MOOCs

For fat tailed distributions, the empirical distributions does not reflect the true statistical properties, particularly for extremes. This is a simplified side note to a paper with Mark Spitznagel on why people make a mistake by looking at raw historical data as “empiricism”.

So I am fed up with academics who say “we know it is fat tails” yet not understand the consequences.


This tutorial presents the intuitions of the randomness of sample correlation (spurious correlation) and the methodologies in derivations. Some later sections are somewhat technical as Nassim rederived an old equation with more precise functions (in order to apply to fat tails) and showed the distribution of the maximum of d variables with n points per variable.
This paves the way to the real scientific work on random matric theory under fat tails and the failure of Marchenko-Pastur.

Nassim says:

This tutorial presents the intuitions of the randomness of sample correlation (spurious correlation) and the methodologies in derivations.
Some later sections are somewhat technical as rederived an old equation with more precise functions (in order to apply to fat tails) and showed the distribution of the maximum of d variables with n points per variable.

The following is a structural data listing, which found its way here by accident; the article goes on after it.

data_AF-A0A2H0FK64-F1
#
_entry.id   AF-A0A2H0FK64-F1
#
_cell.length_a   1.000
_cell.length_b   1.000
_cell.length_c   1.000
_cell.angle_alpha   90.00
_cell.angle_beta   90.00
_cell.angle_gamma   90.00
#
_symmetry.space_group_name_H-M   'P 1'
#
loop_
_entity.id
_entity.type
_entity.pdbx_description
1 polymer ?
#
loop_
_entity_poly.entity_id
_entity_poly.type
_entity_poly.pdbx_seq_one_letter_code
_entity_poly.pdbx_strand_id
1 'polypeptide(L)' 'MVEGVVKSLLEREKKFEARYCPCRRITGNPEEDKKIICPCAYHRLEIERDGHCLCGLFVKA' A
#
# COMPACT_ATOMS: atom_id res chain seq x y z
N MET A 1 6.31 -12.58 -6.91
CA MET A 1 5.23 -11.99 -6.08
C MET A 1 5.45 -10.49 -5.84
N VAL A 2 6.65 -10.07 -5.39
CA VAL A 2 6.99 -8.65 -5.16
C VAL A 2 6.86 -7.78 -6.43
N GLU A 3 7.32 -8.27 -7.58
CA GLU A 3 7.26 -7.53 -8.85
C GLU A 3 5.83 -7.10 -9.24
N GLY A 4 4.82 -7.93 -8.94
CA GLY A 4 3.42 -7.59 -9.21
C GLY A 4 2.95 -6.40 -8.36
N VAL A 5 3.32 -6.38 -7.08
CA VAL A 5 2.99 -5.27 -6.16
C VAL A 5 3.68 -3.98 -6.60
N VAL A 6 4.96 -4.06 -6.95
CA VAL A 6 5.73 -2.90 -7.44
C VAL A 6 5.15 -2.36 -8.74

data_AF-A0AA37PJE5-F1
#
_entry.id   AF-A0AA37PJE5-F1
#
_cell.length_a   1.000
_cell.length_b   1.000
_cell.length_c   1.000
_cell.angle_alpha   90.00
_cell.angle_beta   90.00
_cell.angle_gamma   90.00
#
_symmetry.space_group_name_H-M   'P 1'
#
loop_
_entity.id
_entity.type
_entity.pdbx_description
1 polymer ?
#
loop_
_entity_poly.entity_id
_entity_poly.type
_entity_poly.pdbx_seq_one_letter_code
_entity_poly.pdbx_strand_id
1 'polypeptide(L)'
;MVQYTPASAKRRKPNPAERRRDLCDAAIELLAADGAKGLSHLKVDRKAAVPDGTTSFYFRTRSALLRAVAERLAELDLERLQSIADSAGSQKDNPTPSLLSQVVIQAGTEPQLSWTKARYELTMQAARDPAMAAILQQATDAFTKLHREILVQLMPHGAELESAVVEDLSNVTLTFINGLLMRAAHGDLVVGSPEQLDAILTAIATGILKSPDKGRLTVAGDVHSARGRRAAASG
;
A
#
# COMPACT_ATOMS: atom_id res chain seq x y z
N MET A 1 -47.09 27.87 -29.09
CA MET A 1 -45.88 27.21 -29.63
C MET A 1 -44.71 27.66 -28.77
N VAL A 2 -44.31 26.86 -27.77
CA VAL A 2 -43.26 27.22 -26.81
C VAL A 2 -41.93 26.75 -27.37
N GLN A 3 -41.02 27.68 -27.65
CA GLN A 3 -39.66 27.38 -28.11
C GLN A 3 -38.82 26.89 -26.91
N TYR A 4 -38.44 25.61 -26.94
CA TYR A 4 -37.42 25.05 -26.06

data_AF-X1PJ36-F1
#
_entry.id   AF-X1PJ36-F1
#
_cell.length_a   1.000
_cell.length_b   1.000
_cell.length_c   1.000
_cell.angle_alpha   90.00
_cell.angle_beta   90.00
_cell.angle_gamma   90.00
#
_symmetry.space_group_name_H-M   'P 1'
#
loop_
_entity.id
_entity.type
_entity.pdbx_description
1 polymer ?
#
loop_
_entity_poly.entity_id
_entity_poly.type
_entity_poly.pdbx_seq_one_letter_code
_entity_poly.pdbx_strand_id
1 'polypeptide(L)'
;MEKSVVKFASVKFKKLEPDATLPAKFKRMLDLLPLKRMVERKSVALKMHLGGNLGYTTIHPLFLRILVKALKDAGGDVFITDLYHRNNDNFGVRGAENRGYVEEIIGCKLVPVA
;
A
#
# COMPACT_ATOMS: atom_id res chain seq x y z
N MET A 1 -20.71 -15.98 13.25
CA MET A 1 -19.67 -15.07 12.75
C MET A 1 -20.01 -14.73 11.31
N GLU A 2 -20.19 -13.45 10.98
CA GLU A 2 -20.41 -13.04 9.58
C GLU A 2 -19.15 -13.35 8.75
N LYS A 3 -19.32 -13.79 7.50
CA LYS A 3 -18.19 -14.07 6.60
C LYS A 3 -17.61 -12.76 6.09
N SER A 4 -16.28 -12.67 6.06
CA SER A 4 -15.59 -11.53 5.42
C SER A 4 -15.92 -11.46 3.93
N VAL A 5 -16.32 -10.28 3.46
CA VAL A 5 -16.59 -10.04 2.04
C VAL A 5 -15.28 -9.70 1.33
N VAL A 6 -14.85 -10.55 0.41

This paves the way to the real scientific work on random matric theory under fat tails and failure of Marchenko-Pastur.

“Micro-Mooc on a paper by Taleb and Tetlock (one manifestation of the LUDIC FALLACY). There are serious statistical differences between predictions, bets, and exposures that have a yes/no type of payoff, the “binaries”, and those that have varying payoffs, which we call the “vanilla”. Real world exposures tend to belong to the vanilla category, and are poorly captured by binaries. Yet much of the economics and decision making literature confuses the two. Vanilla exposures are sensitive to Black Swan effects, model errors, and prediction problems, while the binaries are largely immune to them. The binaries are mathematically tractable, while the vanilla are much less so. Hedging vanilla exposures with binary bets can be disastrous–and because of the human tendency to engage in attribute substitution when confronted by difficult questions,decision-makers and researchers often confuse the vanilla for the binary.”

The paper is here: http://papers.ssrn.com/sol3/papers.cfm?abstract_id=2284964
More general Fat Problems with Tails: http://www.fooledbyrandomness.com/FatTails.html